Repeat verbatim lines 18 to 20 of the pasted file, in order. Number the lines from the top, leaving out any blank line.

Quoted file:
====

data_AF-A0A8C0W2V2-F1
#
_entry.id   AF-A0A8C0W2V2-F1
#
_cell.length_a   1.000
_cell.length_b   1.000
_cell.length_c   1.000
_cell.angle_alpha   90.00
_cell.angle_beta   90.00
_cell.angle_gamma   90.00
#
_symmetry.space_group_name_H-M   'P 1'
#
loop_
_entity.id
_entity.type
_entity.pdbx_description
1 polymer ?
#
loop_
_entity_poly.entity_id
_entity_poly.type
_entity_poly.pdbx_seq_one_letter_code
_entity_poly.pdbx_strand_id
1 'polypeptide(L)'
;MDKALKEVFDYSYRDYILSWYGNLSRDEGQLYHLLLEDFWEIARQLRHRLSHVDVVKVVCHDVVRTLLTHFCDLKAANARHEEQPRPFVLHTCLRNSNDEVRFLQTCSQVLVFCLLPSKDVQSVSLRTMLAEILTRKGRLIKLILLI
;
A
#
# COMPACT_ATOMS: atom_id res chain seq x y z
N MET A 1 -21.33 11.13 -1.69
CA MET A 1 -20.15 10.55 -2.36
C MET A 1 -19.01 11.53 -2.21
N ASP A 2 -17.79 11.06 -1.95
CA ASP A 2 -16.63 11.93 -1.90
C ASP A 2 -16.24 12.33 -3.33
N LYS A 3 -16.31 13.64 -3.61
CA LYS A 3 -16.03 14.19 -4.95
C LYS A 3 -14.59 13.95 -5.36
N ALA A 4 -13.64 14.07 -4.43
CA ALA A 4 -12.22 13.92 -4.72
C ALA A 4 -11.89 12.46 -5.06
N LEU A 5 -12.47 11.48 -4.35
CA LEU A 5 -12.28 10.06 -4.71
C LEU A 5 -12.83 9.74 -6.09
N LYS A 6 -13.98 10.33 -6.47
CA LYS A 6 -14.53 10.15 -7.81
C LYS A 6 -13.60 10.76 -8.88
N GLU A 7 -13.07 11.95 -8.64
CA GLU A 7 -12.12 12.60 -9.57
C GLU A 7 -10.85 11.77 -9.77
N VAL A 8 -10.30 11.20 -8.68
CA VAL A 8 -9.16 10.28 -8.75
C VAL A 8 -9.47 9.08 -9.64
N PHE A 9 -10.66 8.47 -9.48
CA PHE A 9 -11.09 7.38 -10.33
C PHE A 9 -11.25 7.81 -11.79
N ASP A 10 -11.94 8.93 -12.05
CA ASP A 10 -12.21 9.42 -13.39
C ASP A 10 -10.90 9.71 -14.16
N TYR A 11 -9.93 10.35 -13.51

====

1 polymer ?
#
loop_